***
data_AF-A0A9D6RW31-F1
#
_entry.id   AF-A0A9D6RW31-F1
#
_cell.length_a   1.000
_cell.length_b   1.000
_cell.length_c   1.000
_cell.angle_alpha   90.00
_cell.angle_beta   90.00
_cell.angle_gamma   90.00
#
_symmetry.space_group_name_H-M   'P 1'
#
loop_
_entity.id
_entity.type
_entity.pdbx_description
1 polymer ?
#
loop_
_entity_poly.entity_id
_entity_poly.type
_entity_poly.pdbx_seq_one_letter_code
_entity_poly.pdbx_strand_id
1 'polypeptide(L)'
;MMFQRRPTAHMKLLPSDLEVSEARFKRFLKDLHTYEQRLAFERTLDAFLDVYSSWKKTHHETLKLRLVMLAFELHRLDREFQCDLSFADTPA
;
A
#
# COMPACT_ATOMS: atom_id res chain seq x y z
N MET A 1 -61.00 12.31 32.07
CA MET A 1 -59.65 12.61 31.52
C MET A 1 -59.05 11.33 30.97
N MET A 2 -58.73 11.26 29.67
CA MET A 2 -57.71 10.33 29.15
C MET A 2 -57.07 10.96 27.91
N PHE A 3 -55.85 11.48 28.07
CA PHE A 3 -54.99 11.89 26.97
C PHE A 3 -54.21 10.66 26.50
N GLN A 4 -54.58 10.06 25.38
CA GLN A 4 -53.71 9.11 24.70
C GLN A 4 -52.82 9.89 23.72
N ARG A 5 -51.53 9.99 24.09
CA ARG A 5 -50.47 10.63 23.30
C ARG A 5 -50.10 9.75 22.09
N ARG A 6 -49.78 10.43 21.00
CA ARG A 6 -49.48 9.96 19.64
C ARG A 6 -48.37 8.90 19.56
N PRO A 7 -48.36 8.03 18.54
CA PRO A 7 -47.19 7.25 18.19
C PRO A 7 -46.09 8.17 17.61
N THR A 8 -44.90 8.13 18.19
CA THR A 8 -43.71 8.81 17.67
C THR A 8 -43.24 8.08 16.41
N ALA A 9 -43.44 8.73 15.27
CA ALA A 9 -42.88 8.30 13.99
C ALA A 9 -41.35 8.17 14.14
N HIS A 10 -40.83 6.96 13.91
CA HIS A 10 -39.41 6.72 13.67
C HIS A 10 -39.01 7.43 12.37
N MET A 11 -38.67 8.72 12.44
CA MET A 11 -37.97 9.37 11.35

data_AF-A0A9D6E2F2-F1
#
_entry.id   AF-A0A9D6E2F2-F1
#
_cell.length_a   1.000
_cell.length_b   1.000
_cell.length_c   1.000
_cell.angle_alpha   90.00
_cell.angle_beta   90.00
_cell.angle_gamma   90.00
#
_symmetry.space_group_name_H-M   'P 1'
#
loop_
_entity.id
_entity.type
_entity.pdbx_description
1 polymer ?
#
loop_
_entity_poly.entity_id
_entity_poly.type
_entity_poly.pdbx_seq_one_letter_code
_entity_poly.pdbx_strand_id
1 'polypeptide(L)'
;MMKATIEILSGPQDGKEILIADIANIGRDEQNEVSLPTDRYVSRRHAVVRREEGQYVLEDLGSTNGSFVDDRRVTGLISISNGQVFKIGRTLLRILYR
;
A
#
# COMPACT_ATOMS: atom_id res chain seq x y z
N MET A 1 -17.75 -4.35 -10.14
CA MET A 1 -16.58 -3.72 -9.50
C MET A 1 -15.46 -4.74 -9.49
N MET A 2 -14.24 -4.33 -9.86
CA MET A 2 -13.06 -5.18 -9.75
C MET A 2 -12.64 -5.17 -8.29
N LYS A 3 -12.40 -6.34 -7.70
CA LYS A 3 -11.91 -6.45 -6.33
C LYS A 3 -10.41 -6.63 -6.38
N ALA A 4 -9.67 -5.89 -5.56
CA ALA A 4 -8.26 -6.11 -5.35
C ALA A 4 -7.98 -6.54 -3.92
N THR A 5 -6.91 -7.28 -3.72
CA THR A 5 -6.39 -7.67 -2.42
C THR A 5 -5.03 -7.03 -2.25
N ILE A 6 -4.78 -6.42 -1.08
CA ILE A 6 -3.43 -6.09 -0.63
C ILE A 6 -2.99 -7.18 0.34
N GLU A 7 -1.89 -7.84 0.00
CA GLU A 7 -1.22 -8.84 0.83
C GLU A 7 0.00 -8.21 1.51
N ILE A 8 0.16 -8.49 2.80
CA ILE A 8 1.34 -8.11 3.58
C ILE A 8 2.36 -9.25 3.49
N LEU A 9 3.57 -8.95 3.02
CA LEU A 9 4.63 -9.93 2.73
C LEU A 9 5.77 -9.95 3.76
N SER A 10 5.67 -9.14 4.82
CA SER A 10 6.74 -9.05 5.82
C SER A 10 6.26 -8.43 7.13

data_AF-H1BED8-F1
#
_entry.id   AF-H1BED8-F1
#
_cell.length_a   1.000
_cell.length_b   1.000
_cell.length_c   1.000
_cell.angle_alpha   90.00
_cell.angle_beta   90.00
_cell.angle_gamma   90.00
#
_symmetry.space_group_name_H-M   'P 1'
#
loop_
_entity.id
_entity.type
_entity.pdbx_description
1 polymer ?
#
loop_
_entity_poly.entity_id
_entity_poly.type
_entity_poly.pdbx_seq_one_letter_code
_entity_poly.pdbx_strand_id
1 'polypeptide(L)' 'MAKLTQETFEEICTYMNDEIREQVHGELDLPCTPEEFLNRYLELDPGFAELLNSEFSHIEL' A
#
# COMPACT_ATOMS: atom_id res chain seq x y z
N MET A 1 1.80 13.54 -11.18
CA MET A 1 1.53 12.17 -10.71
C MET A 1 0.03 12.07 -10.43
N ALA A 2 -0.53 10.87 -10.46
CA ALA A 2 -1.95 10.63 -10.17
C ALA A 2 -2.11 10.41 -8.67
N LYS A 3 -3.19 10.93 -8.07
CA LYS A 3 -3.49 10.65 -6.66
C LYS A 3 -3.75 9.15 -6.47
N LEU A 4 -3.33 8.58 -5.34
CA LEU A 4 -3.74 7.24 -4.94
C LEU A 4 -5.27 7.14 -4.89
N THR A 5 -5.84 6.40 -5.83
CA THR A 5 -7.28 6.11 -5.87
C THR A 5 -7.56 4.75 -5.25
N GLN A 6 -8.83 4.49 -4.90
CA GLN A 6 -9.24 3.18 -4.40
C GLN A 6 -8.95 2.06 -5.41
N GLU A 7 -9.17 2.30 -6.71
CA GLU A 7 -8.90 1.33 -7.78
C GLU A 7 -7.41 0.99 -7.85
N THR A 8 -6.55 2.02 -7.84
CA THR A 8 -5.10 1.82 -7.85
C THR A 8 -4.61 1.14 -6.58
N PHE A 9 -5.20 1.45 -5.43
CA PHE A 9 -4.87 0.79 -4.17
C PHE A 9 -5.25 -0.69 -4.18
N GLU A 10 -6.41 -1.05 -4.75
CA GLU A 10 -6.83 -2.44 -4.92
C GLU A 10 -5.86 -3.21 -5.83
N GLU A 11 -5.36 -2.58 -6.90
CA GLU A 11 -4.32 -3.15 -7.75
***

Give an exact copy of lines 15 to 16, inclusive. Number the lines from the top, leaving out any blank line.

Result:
_entity.id
_entity.type